The staff of the MMXVIII Governor's Latin Academy met over the weekend and we are so excited about the classes, films, speakers, field trips, workshops, immersion activities, and even some new surprises that are in store for this session of GLA. There is a great deal of paperwork in your immediate future, but please be as thoughtful as you can when filling out the participant survey. It helps us when planning everything from groupings to projects. Also, please adhere to the deadline of May 20 and let me know if you have any questions or will be late. We have a saying at the Latin Academy, "Early is on time, on time is late, and late is unacceptable." This applies to paperwork. :)
Please use this website as a resource for how to prepare for academy. The side tab of this blog has a lot of links to help you make your packing lists and to construct your Roman garb. Also, the rest of the staff will be posting prior to academy. We hope this allows you to begin to get to know us even before you arrive.
This blog will document the MMXVIII session of the Virginia Governor's Latin Academy. After elections are held, the aediles will be responsible for its upkeep.
Email: firstname.lastname@example.orgOffice Phone: (804) 496-1589
c/o Governor's Latin Academy
P.O. Box 5005
Ashland, VA 23005
Download these and use them to help with packing:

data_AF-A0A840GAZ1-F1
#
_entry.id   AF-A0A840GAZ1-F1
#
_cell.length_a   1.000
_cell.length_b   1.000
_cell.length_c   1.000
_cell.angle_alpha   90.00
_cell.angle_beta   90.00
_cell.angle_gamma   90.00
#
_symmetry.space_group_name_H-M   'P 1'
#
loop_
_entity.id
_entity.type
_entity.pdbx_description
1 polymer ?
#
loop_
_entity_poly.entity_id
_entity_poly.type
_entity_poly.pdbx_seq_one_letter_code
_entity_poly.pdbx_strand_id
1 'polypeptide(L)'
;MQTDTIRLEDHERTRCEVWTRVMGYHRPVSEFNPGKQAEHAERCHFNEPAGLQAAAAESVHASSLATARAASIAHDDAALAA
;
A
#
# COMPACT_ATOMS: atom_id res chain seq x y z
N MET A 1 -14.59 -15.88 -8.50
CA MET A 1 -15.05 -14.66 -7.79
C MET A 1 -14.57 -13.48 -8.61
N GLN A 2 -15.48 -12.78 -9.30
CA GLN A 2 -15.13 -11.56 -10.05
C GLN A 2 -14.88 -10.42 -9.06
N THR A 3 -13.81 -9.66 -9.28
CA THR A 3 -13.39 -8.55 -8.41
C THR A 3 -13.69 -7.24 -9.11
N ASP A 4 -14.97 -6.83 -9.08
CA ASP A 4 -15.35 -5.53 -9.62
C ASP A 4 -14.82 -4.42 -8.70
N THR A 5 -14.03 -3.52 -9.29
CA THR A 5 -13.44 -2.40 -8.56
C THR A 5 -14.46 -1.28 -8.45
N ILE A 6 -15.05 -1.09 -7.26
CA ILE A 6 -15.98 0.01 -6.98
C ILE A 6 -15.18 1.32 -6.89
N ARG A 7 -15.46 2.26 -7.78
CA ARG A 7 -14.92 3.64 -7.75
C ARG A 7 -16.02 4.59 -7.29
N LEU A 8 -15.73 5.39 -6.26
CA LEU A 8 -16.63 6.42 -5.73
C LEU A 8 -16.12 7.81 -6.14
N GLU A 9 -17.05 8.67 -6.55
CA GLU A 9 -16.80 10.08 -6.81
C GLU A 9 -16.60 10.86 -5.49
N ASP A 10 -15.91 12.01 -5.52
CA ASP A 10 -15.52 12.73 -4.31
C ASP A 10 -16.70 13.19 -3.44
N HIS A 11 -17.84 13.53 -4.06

GLA Clothing Checklist
GLA Essentials Checklist
GLA School Supplies & Optional Checklist
Again, these are not required and I would only get one from each category, if any.
a. Conversational Latin for Oral Proficiency
b. Cassell's Concise Latin-English, English-Latin Dictionary
c. Collins Latin Concise Dictionary
a. Athenaze, Book I
b. From Alpha to Omega
c. Alpha is for Anthropos
d. Pocket Oxford Classical Greek Dictionary
Daily Life Books
a. Everyday Life in Ancient Rome
b. Peoples of the Roman World
c. A Day in the Life of Ancient Rome
d. Daily Life in the Roman City
You will need Roman clothing for several of our activities. You might not always have much time between these events, so you might want to bring more than one outfit.
An Overview I & II
Simple Tunica, Stola, and Palla Patterns
Legio XX's Civilian Clothing
Another Simple Dress Pattern
Simple Tunic and Toga Patterns
Legio XX's Military Clothing
Officers of the Academy